Microsoft has released the first release candidate for its coming Internet Explorer 9 web browser. IE9 is a major overhaul, bringing much needed speed improvements, better support for web standards, privacy controls and tighter integration with Windows 7.
Overall IE9 RC1 is a huge leap forward for Microsoft, embracing web standards and speeding up the browser. When IE9 is released web developers will finally be able to stop using CSS hacks and start using HTML5 with more confidence. Of course IE8 and IE7 will still be with us for some time to come, but things are looking up.
Curious developers running Windows can download the release candidate from Microsoft. This version of IE9 expands support for semantic HTML5 elements (like
<article>), adds more CSS 3 properties and introduces support for the geolocation API.
The additional geolocation support rounds out Internet Explorer’s new HTML5 features. While IE9’s competitors have implemented some of the more experimental APIs (like Web Workers and offline cacheing), IE9 does close the feature gap considerably and is leaps and bounds beyond where IE8 left off.
When it comes to CSS 3 the new IE offers nearly full support, though it still doesn’t understand
text-shadow (which is actually been around since CSS 2.1) or the new CSS 3 multi-column text layout tools. On the bright side, IE9 does render border-radius, 2D transforms and new CSS 3 selectors like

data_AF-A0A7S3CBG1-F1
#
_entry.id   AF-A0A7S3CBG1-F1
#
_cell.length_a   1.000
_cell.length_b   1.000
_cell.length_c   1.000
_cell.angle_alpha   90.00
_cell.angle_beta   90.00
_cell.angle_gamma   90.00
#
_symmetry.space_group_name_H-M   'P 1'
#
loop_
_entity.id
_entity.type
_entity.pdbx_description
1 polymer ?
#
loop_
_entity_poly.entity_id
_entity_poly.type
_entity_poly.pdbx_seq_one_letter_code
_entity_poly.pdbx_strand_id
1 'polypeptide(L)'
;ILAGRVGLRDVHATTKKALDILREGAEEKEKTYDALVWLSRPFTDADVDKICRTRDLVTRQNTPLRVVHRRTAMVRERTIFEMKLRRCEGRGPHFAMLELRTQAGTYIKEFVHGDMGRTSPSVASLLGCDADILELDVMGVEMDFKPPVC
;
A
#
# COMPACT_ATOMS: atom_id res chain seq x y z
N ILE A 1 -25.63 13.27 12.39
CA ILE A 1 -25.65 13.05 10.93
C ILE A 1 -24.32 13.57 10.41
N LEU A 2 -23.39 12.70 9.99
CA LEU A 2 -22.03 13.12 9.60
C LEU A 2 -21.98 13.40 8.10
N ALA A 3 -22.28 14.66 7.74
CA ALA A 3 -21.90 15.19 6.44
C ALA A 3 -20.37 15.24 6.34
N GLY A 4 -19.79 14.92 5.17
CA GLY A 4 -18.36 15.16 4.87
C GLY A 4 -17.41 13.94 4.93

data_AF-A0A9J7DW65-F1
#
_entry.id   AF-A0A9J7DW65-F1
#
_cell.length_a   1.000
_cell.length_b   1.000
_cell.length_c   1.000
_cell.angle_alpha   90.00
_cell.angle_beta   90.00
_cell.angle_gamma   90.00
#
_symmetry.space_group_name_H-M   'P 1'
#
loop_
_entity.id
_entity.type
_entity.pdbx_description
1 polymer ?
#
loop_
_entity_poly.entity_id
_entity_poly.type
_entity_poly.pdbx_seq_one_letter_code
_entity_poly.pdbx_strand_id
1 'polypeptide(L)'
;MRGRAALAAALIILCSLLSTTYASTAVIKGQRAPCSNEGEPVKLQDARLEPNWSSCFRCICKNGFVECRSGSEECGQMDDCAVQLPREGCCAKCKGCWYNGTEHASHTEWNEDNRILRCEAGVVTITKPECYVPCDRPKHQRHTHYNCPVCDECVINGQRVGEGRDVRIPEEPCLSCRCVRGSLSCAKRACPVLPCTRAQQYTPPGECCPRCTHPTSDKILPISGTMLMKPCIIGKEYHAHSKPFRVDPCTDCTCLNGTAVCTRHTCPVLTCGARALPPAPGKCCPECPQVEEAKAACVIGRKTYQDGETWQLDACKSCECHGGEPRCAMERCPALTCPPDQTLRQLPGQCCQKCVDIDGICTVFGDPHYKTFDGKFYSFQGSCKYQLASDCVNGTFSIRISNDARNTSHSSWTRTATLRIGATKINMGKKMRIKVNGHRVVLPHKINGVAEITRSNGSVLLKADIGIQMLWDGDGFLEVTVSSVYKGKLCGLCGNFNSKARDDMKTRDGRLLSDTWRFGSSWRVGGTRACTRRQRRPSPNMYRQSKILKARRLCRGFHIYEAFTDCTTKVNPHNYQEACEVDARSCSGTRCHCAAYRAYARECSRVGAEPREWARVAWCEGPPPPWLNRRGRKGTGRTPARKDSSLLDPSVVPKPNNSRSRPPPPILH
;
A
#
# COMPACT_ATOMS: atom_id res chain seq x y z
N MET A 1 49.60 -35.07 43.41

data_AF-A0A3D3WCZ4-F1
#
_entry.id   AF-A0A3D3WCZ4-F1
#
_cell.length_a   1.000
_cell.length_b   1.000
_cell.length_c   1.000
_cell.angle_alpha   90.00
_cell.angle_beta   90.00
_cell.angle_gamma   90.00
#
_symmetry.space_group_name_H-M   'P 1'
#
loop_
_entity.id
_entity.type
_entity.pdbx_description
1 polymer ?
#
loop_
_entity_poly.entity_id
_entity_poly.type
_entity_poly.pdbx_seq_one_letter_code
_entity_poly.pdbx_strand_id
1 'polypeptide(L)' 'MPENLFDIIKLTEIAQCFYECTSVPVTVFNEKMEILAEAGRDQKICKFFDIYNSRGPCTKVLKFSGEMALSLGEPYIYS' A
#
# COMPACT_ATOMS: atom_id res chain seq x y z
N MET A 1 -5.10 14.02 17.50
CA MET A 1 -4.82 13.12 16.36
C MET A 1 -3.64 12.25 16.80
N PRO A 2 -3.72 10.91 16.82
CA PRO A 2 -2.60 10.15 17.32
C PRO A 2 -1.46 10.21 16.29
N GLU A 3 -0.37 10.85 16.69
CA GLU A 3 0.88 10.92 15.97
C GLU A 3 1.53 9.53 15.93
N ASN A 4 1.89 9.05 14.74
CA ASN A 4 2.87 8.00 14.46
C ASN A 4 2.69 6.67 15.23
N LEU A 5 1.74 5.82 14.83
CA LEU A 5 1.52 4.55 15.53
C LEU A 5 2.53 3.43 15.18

:first-of-type. For a full rundown of IE9’s HTML5 and CSS 3 features, see our earlier coverage. Also, be sure to head over to the IE9 Test Drive website for some demos that show off IE9’s new standards support.
The new IE9 release candidate adds some privacy controls similar to those Mozilla and Google have been adding to their browsers. IE9
will support the Do Not Track HTTP header [Update: Microsoft says that IE9 does not support an HTTP header at the moment, but does offer Tracking Protection Lists which can block cookies, beacons, pixels and more]. IE9 also supports cookie-based blacklists to stop advertisers from tracking your movements around the web.
If you’ve been using the beta releases of IE9, you’ll notice several changes to the look of IE9, including the ability to put tabs back in their own row, rather than next to the address bar, which is the default setting. To give your tabs a bit more breathing room, just right click on the tab bar and select the “Show tabs on a separate row” option.
This release also adds a new security feature which allows you to turn off ActiveX for all sites and then re-enable it on a site by site basis. ActiveX, a Windows-only “enhancement” that allows webpages to install code on your PC, has long been an excellent way to load up your Windows machine with viruses and other malware. The new controls mean you can turn off ActiveX entirely and avoid malicious code being installed.
Microsoft is also touting IE9’s hardware acceleration improvements in this release. According the IEblog, the release candidate is 35 percent faster than the previous IE9 beta. Indeed, in our informal testing IE held its own with Firefox 4 and Chrome 11. Pitted against stable releases like Firefox 3.6 or Chrome 9, IE9 fares even better.
Microsoft has not yet set an official release date for IE9, though the company’s web-centric MIX conference, which starts April 12, has historically been host to major IE announcements.